Who is now threatened by the GOP with an investigation into why he’s so damn ethical when the times have changed and everyone voted for the swamp people anyway.

I’ve written previously, with deep knowledge, about legal filing systems. Kevin (may I call you that, Kevin? because I love you madly and you make me laugh a couple of times a week?), unlike most lawyers I’ve known, seems actually to have an efficient legal filing system. Rah, Kevin!

So he has put his penetrating vision upon that stack of file folders and tells us what he has learned. It’s terrific reading:

Lowering the Bar

Contents:

About Those Folders

Jan 13, 2017 03:57 pm | Kevin

As you surely know, the stars of Donald Trump’s recent press conference were what looked like hundreds of file folders full of papers, which both Trump and his lawyer, Sherri Dillon of Morgan Lewis, said were “just some” of the paperwork involved in turning over Trump’s stuff to his sons to solve conflict-of-interest problems.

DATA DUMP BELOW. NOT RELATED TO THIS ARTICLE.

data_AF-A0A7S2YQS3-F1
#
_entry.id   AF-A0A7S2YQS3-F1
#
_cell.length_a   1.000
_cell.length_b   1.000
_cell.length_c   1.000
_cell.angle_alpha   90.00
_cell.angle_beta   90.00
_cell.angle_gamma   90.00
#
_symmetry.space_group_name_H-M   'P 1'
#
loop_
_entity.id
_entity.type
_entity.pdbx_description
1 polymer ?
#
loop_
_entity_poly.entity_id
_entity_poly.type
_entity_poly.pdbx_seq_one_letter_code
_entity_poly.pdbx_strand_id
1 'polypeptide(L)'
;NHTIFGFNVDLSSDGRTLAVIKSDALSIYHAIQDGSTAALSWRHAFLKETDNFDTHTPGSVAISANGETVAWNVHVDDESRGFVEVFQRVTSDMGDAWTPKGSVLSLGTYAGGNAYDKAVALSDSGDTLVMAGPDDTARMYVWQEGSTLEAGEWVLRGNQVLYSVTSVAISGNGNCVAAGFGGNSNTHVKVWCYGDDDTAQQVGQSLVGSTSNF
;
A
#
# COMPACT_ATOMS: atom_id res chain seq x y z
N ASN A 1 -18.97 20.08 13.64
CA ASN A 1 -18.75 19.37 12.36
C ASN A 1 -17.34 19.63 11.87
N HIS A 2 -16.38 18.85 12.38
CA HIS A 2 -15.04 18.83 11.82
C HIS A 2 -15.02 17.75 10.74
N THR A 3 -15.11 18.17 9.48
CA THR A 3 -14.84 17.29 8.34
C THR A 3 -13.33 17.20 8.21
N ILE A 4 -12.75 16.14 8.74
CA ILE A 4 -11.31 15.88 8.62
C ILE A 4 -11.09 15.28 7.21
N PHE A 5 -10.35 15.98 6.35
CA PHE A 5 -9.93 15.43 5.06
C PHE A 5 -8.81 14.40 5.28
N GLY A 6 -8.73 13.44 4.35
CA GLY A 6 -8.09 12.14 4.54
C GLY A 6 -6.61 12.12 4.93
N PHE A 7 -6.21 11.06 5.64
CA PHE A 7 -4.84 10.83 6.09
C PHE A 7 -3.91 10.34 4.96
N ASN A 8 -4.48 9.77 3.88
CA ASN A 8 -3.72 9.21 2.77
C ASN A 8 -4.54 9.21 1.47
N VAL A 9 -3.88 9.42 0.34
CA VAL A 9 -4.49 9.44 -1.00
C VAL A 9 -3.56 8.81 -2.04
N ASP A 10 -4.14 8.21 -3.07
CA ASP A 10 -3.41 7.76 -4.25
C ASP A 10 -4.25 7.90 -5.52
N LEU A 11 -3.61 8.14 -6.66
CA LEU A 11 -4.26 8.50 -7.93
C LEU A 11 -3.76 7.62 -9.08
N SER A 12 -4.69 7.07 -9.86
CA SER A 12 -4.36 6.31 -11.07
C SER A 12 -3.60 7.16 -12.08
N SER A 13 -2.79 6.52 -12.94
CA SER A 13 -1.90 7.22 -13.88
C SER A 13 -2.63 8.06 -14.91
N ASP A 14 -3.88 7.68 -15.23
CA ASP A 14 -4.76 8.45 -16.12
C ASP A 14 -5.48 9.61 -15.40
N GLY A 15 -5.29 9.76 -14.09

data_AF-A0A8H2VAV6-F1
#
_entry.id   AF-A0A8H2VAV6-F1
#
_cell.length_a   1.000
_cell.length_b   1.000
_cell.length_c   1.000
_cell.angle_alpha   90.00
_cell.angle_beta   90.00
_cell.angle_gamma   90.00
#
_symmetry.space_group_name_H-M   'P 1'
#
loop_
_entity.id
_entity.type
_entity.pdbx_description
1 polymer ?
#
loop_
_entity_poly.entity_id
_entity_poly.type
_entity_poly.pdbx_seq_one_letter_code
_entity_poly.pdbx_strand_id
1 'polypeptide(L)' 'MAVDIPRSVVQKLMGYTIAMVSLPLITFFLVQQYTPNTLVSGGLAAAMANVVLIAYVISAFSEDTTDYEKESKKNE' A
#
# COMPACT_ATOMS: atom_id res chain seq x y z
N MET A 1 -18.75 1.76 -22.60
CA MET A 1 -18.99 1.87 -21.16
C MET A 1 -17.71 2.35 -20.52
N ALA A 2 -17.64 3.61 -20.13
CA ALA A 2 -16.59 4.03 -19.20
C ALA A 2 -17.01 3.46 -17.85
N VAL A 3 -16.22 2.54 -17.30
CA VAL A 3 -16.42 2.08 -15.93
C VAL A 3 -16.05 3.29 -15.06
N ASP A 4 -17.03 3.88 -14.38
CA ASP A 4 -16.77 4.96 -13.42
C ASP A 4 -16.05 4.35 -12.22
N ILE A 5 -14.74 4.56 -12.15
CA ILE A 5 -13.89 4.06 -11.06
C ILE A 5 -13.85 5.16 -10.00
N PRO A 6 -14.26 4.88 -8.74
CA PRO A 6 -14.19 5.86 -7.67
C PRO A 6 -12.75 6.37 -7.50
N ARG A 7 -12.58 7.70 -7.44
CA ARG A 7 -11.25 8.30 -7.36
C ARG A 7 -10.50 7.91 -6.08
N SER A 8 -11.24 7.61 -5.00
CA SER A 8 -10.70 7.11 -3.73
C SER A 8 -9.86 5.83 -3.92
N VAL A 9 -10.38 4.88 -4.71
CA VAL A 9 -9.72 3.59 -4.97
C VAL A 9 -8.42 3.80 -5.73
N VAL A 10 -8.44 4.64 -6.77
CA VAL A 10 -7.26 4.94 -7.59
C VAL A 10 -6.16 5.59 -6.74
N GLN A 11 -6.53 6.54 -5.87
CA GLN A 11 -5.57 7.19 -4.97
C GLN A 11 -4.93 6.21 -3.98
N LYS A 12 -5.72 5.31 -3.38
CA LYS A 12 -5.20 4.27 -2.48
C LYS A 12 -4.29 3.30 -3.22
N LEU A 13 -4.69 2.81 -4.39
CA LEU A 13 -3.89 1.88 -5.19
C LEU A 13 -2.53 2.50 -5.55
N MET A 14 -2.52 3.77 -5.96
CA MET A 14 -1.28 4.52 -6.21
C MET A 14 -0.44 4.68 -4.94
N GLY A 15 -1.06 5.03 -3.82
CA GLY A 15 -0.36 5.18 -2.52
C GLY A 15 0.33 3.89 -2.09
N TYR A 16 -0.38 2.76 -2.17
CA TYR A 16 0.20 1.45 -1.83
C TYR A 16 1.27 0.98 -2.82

I don’t want to address here whether the legal plan they have described actually would solve conflict-of-interest problems, except that to the extent I understand what that plan is, I find the claim that it might solve those problems hilarious. But what I want to address is the equally burning question, to me, of whether there was actually anything in those folders other than blank paper.

There was not.

Again, both Trump and Dillon said there was. According to the transcript:

  • Trump: “these papers are just some of the many documents that I’ve signed turning over complete and total control to my sons” (that’s the hilarious part).
  • Dillon: “Here is just some of the paperwork that’s taking care of those actions.”